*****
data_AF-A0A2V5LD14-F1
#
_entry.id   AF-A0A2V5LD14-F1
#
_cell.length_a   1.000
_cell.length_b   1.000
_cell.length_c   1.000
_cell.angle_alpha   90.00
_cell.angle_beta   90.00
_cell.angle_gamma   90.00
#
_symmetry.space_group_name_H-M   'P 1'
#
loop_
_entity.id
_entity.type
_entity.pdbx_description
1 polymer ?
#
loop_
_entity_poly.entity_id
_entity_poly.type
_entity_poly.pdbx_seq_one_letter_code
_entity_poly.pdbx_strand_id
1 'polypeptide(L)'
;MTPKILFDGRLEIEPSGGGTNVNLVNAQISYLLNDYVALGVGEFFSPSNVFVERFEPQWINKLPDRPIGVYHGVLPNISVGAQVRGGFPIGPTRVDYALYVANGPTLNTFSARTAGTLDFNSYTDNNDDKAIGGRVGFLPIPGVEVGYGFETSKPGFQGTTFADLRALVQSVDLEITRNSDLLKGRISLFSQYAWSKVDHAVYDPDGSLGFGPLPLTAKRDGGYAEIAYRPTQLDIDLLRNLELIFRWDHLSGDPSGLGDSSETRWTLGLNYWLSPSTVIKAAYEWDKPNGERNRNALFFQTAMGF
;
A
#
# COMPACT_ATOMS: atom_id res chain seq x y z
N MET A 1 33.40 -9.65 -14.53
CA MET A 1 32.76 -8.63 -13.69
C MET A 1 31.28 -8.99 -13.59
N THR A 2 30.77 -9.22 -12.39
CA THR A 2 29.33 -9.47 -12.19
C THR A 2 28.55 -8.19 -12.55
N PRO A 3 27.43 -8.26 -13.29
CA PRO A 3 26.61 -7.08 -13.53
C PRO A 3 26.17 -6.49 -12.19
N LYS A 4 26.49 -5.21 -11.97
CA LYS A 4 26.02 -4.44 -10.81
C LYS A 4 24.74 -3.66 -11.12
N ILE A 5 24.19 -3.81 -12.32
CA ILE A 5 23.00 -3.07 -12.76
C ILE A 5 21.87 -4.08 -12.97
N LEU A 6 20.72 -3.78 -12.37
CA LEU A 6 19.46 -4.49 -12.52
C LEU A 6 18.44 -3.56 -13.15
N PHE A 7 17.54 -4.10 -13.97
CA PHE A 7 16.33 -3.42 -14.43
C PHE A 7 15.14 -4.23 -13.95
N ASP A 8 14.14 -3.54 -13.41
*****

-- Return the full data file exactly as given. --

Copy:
data_AF-A0A2V5LD14-F1
#
_entry.id   AF-A0A2V5LD14-F1
#
_cell.length_a   1.000
_cell.length_b   1.000
_cell.length_c   1.000
_cell.angle_alpha   90.00
_cell.angle_beta   90.00
_cell.angle_gamma   90.00
#
_symmetry.space_group_name_H-M   'P 1'
#
loop_
_entity.id
_entity.type
_entity.pdbx_description
1 polymer ?
#
loop_
_entity_poly.entity_id
_entity_poly.type
_entity_poly.pdbx_seq_one_letter_code
_entity_poly.pdbx_strand_id
1 'polypeptide(L)'
;MTPKILFDGRLEIEPSGGGTNVNLVNAQISYLLNDYVALGVGEFFSPSNVFVERFEPQWINKLPDRPIGVYHGVLPNISVGAQVRGGFPIGPTRVDYALYVANGPTLNTFSARTAGTLDFNSYTDNNDDKAIGGRVGFLPIPGVEVGYGFETSKPGFQGTTFADLRALVQSVDLEITRNSDLLKGRISLFSQYAWSKVDHAVYDPDGSLGFGPLPLTAKRDGGYAEIAYRPTQLDIDLLRNLELIFRWDHLSGDPSGLGDSSETRWTLGLNYWLSPSTVIKAAYEWDKPNGERNRNALFFQTAMGF
;
A
#
# COMPACT_ATOMS: atom_id res chain seq x y z
N MET A 1 33.40 -9.65 -14.53
CA MET A 1 32.76 -8.63 -13.69
C MET A 1 31.28 -8.99 -13.59
N THR A 2 30.77 -9.22 -12.39
CA THR A 2 29.33 -9.47 -12.19
C THR A 2 28.55 -8.19 -12.55
N PRO A 3 27.43 -8.26 -13.29
CA PRO A 3 26.61 -7.08 -13.53
C PRO A 3 26.17 -6.49 -12.19
N LYS A 4 26.49 -5.21 -11.97
CA LYS A 4 26.02 -4.44 -10.81
C LYS A 4 24.74 -3.66 -11.12
N ILE A 5 24.19 -3.81 -12.32
CA ILE A 5 23.00 -3.07 -12.76
C ILE A 5 21.87 -4.08 -12.97
N LEU A 6 20.72 -3.78 -12.37
CA LEU A 6 19.46 -4.49 -12.52
C LEU A 6 18.44 -3.56 -13.15
N PHE A 7 17.54 -4.10 -13.97
CA PHE A 7 16.33 -3.42 -14.43
C PHE A 7 15.14 -4.23 -13.95
N ASP A 8 14.14 -3.54 -13.41